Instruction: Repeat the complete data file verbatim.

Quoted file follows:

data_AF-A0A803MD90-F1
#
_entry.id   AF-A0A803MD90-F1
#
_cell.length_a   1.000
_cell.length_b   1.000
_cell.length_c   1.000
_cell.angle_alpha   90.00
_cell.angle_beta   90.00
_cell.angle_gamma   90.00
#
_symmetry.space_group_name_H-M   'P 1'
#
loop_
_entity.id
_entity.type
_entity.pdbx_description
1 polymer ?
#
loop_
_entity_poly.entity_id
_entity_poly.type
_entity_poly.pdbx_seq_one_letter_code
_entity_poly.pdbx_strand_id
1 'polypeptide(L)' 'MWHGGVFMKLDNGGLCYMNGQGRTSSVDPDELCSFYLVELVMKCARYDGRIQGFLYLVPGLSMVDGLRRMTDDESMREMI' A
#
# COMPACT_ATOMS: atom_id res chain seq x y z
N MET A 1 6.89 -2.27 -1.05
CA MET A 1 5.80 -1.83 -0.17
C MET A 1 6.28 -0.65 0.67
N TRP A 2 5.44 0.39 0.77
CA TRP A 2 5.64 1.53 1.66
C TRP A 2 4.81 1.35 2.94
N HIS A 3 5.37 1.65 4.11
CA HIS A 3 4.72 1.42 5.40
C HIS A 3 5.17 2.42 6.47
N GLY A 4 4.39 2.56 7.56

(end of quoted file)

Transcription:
data_AF-A0A803MD90-F1
#
_entry.id   AF-A0A803MD90-F1
#
_cell.length_a   1.000
_cell.length_b   1.000
_cell.length_c   1.000
_cell.angle_alpha   90.00
_cell.angle_beta   90.00
_cell.angle_gamma   90.00
#
_symmetry.space_group_name_H-M   'P 1'
#
loop_
_entity.id
_entity.type
_entity.pdbx_description
1 polymer ?
#
loop_
_entity_poly.entity_id
_entity_poly.type
_entity_poly.pdbx_seq_one_letter_code
_entity_poly.pdbx_strand_id
1 'polypeptide(L)' 'MWHGGVFMKLDNGGLCYMNGQGRTSSVDPDELCSFYLVELVMKCARYDGRIQGFLYLVPGLSMVDGLRRMTDDESMREMI' A
#
# COMPACT_ATOMS: atom_id res chain seq x y z
N MET A 1 6.89 -2.27 -1.05
CA MET A 1 5.80 -1.83 -0.17
C MET A 1 6.28 -0.65 0.67
N TRP A 2 5.44 0.39 0.77
CA TRP A 2 5.64 1.53 1.66
C TRP A 2 4.81 1.35 2.94
N HIS A 3 5.37 1.65 4.11
CA HIS A 3 4.72 1.42 5.40
C HIS A 3 5.17 2.42 6.47
N GLY A 4 4.39 2.56 7.56